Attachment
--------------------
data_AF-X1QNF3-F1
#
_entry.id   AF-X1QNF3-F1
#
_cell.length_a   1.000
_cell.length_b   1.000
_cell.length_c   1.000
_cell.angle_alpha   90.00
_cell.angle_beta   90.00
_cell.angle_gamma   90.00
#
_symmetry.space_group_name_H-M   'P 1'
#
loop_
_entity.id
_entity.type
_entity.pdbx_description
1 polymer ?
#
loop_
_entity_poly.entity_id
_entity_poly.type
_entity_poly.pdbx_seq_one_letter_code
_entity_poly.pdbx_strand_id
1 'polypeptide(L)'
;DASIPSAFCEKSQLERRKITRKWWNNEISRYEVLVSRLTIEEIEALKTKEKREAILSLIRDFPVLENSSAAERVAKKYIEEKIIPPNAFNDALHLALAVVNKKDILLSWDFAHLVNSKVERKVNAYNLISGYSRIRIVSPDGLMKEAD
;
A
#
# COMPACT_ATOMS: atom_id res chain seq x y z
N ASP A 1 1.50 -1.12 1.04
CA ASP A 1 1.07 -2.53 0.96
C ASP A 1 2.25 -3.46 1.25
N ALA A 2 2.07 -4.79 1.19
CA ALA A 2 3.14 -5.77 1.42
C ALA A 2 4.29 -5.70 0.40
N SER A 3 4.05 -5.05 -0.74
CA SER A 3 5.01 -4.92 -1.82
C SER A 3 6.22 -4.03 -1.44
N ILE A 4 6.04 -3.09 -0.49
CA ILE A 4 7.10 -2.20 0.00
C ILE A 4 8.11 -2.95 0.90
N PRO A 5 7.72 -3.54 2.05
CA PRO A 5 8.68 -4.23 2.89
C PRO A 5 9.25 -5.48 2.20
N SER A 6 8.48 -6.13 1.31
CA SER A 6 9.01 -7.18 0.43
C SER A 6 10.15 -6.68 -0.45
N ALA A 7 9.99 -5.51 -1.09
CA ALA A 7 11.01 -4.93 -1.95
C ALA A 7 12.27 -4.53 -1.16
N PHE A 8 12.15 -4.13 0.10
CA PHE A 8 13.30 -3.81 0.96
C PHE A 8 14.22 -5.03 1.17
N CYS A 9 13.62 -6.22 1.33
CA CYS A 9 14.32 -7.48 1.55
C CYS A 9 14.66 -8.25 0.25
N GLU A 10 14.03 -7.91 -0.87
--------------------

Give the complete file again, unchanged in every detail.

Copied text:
data_AF-X1QNF3-F1
#
_entry.id   AF-X1QNF3-F1
#
_cell.length_a   1.000
_cell.length_b   1.000
_cell.length_c   1.000
_cell.angle_alpha   90.00
_cell.angle_beta   90.00
_cell.angle_gamma   90.00
#
_symmetry.space_group_name_H-M   'P 1'
#
loop_
_entity.id
_entity.type
_entity.pdbx_description
1 polymer ?
#
loop_
_entity_poly.entity_id
_entity_poly.type
_entity_poly.pdbx_seq_one_letter_code
_entity_poly.pdbx_strand_id
1 'polypeptide(L)'
;DASIPSAFCEKSQLERRKITRKWWNNEISRYEVLVSRLTIEEIEALKTKEKREAILSLIRDFPVLENSSAAERVAKKYIEEKIIPPNAFNDALHLALAVVNKKDILLSWDFAHLVNSKVERKVNAYNLISGYSRIRIVSPDGLMKEAD
;
A
#
# COMPACT_ATOMS: atom_id res chain seq x y z
N ASP A 1 1.50 -1.12 1.04
CA ASP A 1 1.07 -2.53 0.96
C ASP A 1 2.25 -3.46 1.25
N ALA A 2 2.07 -4.79 1.19
CA ALA A 2 3.14 -5.77 1.42
C ALA A 2 4.29 -5.70 0.40
N SER A 3 4.05 -5.05 -0.74
CA SER A 3 5.01 -4.92 -1.82
C SER A 3 6.22 -4.03 -1.44
N ILE A 4 6.04 -3.09 -0.49
CA ILE A 4 7.10 -2.20 0.00
C ILE A 4 8.11 -2.95 0.90
N PRO A 5 7.72 -3.54 2.05
CA PRO A 5 8.68 -4.23 2.89
C PRO A 5 9.25 -5.48 2.20
N SER A 6 8.48 -6.13 1.31
CA SER A 6 9.01 -7.18 0.43
C SER A 6 10.15 -6.68 -0.45
N ALA A 7 9.99 -5.51 -1.09
CA ALA A 7 11.01 -4.93 -1.95
C ALA A 7 12.27 -4.53 -1.16
N PHE A 8 12.15 -4.13 0.10
CA PHE A 8 13.30 -3.81 0.96
C PHE A 8 14.22 -5.03 1.17
N CYS A 9 13.62 -6.22 1.33
CA CYS A 9 14.32 -7.48 1.55
C CYS A 9 14.66 -8.25 0.25
N GLU A 10 14.03 -7.91 -0.87